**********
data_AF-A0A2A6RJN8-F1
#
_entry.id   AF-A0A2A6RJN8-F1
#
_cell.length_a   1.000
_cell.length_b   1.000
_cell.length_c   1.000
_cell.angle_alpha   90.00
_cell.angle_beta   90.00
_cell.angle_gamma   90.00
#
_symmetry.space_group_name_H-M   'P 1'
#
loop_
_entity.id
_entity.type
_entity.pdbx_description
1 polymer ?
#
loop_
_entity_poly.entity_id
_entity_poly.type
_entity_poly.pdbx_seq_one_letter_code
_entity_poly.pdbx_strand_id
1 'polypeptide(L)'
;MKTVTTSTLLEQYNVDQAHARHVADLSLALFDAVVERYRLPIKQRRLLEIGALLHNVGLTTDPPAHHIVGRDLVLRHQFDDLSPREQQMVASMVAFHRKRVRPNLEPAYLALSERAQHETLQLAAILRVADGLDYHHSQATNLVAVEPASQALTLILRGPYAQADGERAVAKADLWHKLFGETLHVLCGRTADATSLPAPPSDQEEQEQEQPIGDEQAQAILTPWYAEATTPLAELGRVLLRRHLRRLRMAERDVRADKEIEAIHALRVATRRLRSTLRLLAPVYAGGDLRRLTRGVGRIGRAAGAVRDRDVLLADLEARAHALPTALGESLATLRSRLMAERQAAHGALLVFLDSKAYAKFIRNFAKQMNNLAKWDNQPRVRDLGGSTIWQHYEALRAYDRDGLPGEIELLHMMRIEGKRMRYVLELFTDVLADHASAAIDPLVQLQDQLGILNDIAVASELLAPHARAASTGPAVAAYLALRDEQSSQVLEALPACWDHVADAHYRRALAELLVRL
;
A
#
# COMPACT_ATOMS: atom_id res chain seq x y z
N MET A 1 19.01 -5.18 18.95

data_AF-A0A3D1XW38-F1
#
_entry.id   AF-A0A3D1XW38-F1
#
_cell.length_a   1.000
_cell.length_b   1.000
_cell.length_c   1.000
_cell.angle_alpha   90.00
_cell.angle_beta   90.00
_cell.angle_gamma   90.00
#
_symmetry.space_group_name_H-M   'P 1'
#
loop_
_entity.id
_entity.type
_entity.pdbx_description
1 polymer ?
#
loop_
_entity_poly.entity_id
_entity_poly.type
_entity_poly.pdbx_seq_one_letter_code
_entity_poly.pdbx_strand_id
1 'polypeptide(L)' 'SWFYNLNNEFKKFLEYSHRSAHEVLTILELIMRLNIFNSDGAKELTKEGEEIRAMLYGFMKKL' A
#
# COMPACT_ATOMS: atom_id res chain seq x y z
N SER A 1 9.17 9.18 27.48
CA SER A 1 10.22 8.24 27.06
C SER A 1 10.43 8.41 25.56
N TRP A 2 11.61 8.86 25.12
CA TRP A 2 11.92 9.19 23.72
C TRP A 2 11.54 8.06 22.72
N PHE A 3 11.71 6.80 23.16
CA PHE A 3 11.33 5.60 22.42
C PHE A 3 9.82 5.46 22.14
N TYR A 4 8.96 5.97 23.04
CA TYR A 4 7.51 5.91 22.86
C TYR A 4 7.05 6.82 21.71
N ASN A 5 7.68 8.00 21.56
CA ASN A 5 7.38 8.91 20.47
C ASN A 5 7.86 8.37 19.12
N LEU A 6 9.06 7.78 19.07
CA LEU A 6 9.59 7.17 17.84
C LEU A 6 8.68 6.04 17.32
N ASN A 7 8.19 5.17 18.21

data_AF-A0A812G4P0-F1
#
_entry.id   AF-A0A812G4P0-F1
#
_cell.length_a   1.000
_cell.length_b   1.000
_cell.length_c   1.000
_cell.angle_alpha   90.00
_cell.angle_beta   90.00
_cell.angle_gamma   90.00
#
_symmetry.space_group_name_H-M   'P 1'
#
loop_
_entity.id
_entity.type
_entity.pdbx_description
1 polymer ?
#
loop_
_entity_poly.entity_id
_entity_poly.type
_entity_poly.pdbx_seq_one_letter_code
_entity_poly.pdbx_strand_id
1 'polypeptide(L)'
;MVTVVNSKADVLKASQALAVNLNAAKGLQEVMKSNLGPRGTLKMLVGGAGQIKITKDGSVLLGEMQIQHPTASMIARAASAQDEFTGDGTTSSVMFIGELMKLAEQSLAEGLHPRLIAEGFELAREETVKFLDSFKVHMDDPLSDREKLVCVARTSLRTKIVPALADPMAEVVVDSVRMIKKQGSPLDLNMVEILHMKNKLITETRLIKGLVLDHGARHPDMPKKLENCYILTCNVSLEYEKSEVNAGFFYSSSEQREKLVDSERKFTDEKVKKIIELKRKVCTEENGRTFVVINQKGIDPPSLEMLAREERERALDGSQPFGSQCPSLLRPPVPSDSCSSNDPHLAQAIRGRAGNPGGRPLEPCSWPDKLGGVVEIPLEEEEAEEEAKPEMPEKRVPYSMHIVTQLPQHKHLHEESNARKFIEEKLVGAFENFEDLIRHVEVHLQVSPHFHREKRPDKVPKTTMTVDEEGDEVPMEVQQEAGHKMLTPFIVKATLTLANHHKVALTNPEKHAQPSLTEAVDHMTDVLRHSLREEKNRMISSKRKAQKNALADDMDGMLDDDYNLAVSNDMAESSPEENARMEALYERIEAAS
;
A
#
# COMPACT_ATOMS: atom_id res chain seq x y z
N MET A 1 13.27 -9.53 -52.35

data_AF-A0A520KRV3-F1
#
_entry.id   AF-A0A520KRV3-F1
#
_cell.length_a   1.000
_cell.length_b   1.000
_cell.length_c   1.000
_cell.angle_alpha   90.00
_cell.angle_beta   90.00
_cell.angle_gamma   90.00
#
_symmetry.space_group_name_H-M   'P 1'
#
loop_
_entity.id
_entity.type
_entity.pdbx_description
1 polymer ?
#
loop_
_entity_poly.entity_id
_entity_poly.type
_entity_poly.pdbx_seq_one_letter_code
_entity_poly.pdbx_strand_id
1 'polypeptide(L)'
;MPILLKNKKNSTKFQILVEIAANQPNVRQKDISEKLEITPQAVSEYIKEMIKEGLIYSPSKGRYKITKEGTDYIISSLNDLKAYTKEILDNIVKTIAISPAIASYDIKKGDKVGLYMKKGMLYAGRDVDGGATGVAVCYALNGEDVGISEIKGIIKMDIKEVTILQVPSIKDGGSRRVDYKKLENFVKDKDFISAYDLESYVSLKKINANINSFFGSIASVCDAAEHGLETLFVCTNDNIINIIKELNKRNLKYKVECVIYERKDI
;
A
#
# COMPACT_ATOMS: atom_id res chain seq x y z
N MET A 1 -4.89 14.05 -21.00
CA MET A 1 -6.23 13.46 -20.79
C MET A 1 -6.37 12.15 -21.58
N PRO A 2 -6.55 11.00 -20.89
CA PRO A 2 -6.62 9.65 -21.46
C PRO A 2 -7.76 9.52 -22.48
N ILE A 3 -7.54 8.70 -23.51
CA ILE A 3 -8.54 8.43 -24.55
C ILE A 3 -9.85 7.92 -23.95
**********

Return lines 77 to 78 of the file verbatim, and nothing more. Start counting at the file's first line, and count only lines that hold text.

N ASN A 7 8.19 5.17 18.21

data_AF-A0A812G4P0-F1